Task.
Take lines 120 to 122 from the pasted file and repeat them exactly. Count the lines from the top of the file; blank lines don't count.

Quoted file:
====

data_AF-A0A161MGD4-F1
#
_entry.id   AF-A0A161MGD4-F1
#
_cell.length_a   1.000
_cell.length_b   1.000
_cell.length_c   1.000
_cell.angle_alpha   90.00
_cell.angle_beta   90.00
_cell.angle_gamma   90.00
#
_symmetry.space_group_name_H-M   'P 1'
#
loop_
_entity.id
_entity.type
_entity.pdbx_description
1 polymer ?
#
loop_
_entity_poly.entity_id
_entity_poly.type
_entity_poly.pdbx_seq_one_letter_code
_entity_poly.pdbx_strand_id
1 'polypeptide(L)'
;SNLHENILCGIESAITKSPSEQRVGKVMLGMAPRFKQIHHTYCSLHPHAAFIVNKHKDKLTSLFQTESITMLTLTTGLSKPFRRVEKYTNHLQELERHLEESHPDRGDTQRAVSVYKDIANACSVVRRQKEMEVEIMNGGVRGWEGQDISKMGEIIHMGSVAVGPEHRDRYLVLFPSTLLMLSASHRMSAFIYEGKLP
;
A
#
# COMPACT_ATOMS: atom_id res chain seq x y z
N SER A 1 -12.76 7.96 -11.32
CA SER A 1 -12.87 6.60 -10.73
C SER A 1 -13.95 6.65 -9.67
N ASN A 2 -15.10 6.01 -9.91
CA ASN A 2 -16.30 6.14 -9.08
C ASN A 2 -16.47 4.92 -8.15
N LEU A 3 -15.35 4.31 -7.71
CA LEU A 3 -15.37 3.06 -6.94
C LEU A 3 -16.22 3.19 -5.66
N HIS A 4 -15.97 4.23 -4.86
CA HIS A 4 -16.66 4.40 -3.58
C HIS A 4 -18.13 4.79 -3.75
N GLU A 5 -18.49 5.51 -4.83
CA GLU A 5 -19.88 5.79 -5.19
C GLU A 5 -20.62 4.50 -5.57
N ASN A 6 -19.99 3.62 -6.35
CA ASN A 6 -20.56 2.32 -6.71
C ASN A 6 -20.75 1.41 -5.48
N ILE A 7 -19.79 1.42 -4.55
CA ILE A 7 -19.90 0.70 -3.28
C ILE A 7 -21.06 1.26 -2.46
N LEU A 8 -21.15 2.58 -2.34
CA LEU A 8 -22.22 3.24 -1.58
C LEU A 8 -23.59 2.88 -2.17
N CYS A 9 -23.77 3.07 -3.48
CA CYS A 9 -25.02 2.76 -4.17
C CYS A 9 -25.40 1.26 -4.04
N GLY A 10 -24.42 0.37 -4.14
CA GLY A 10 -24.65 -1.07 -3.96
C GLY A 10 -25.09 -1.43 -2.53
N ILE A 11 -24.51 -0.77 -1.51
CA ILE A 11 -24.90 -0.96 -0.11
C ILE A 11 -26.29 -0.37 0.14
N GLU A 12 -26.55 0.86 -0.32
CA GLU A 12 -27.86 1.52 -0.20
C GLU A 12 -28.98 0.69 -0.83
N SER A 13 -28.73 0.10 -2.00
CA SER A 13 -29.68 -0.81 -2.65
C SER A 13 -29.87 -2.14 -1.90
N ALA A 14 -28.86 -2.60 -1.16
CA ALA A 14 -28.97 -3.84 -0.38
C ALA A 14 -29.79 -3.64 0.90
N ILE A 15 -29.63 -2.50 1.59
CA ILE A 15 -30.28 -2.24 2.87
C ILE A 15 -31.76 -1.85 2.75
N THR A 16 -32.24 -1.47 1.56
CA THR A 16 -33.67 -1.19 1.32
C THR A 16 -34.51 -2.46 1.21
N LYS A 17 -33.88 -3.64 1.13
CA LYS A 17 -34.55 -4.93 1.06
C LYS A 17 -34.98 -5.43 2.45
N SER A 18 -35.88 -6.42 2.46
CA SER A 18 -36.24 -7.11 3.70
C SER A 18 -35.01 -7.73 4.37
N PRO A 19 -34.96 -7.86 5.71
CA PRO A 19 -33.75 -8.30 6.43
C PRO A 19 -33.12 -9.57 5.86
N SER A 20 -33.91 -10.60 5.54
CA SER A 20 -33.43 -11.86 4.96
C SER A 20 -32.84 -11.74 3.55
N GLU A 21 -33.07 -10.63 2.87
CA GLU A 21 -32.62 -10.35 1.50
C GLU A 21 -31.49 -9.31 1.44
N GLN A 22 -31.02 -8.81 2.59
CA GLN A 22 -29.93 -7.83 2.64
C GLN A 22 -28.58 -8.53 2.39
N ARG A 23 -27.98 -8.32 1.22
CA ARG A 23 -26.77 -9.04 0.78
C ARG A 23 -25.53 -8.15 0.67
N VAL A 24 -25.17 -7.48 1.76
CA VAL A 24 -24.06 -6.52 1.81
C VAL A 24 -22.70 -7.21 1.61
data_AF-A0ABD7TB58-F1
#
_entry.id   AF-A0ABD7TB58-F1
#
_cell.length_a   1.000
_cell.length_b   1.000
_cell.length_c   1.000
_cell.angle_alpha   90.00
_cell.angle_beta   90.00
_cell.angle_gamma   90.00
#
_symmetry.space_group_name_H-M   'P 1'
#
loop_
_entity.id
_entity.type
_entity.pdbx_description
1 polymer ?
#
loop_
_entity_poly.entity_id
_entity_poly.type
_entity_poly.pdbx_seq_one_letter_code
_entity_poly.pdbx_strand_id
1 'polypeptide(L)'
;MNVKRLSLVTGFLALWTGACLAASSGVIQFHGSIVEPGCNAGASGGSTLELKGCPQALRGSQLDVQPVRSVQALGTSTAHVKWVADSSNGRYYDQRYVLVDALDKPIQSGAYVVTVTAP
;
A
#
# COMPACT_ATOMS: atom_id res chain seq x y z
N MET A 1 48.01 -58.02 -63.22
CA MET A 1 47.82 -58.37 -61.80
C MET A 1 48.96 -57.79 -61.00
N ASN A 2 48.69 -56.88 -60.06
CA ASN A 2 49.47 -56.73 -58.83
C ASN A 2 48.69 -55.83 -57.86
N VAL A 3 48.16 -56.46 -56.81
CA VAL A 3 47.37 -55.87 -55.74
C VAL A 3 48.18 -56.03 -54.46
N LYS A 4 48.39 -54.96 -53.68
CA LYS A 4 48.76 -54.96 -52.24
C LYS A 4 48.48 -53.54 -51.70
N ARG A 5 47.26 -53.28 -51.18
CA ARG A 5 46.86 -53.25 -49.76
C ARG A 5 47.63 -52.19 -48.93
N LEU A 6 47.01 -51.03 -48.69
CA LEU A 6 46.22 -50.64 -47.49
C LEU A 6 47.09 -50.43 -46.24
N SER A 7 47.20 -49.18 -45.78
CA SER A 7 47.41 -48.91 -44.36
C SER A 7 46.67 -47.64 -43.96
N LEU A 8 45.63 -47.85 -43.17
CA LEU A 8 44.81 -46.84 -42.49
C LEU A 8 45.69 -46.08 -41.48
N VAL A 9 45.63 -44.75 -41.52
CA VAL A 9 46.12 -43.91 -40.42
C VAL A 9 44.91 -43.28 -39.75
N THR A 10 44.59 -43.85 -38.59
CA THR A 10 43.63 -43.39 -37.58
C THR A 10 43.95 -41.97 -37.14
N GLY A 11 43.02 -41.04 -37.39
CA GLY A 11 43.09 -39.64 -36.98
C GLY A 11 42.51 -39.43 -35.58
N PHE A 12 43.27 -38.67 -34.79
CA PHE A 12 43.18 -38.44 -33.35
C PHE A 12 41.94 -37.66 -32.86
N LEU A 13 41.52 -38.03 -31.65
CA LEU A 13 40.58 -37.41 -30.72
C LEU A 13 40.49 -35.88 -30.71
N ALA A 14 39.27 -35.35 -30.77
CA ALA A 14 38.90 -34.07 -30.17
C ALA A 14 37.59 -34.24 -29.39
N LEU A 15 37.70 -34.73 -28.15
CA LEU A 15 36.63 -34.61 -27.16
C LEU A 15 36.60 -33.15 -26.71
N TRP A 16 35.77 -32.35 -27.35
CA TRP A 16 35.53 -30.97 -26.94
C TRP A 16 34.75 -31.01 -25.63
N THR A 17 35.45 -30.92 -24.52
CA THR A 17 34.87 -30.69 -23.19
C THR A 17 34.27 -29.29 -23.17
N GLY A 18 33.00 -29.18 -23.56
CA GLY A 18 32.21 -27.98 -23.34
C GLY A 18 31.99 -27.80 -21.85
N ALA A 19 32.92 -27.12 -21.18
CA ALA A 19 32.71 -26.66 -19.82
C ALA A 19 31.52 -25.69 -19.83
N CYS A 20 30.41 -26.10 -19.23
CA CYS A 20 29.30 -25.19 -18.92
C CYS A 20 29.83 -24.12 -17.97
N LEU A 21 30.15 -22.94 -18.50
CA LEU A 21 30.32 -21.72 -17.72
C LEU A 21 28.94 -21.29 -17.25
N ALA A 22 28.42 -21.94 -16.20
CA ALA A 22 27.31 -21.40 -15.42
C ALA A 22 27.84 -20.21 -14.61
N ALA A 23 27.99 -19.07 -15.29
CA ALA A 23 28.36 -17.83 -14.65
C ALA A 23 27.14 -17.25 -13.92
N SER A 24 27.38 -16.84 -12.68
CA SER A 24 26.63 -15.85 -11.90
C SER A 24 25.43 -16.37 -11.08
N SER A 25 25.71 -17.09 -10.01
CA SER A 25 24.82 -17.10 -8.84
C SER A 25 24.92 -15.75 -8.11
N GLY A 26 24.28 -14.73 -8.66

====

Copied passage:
1 polymer ?
#
loop_